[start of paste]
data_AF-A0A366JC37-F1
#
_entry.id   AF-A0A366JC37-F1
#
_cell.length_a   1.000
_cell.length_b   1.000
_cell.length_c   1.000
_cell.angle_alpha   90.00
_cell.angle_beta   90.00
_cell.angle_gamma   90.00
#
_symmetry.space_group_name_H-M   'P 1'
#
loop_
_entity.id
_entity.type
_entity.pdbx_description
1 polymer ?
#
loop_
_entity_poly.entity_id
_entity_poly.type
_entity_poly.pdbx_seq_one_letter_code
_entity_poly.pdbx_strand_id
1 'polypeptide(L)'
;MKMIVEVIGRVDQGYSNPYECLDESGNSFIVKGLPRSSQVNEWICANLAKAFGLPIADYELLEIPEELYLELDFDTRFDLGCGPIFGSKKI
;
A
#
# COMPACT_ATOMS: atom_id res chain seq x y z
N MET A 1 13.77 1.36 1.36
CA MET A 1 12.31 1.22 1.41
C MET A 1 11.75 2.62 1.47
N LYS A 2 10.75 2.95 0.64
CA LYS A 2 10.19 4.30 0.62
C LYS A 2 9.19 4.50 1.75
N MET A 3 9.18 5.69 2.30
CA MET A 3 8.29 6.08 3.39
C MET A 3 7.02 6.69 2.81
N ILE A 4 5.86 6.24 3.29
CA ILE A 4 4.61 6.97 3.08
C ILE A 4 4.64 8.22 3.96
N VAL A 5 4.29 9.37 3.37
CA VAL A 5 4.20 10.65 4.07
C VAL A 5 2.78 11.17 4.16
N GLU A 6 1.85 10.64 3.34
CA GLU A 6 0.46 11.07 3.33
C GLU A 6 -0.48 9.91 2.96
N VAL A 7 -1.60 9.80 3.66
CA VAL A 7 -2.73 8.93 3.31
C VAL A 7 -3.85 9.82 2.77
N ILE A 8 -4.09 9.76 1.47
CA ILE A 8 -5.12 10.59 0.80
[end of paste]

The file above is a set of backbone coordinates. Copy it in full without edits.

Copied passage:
data_AF-A0A366JC37-F1
#
_entry.id   AF-A0A366JC37-F1
#
_cell.length_a   1.000
_cell.length_b   1.000
_cell.length_c   1.000
_cell.angle_alpha   90.00
_cell.angle_beta   90.00
_cell.angle_gamma   90.00
#
_symmetry.space_group_name_H-M   'P 1'
#
loop_
_entity.id
_entity.type
_entity.pdbx_description
1 polymer ?
#
loop_
_entity_poly.entity_id
_entity_poly.type
_entity_poly.pdbx_seq_one_letter_code
_entity_poly.pdbx_strand_id
1 'polypeptide(L)'
;MKMIVEVIGRVDQGYSNPYECLDESGNSFIVKGLPRSSQVNEWICANLAKAFGLPIADYELLEIPEELYLELDFDTRFDLGCGPIFGSKKI
;
A
#
# COMPACT_ATOMS: atom_id res chain seq x y z
N MET A 1 13.77 1.36 1.36
CA MET A 1 12.31 1.22 1.41
C MET A 1 11.75 2.62 1.47
N LYS A 2 10.75 2.95 0.64
CA LYS A 2 10.19 4.30 0.62
C LYS A 2 9.19 4.50 1.75
N MET A 3 9.18 5.69 2.30
CA MET A 3 8.29 6.08 3.39
C MET A 3 7.02 6.69 2.81
N ILE A 4 5.86 6.24 3.29
CA ILE A 4 4.61 6.97 3.08
C ILE A 4 4.64 8.22 3.96
N VAL A 5 4.29 9.37 3.37
CA VAL A 5 4.20 10.65 4.07
C VAL A 5 2.78 11.17 4.16
N GLU A 6 1.85 10.64 3.34
CA GLU A 6 0.46 11.07 3.33
C GLU A 6 -0.48 9.91 2.96
N VAL A 7 -1.60 9.80 3.66
CA VAL A 7 -2.73 8.93 3.31
C VAL A 7 -3.85 9.82 2.77
N ILE A 8 -4.09 9.76 1.47
CA ILE A 8 -5.12 10.59 0.80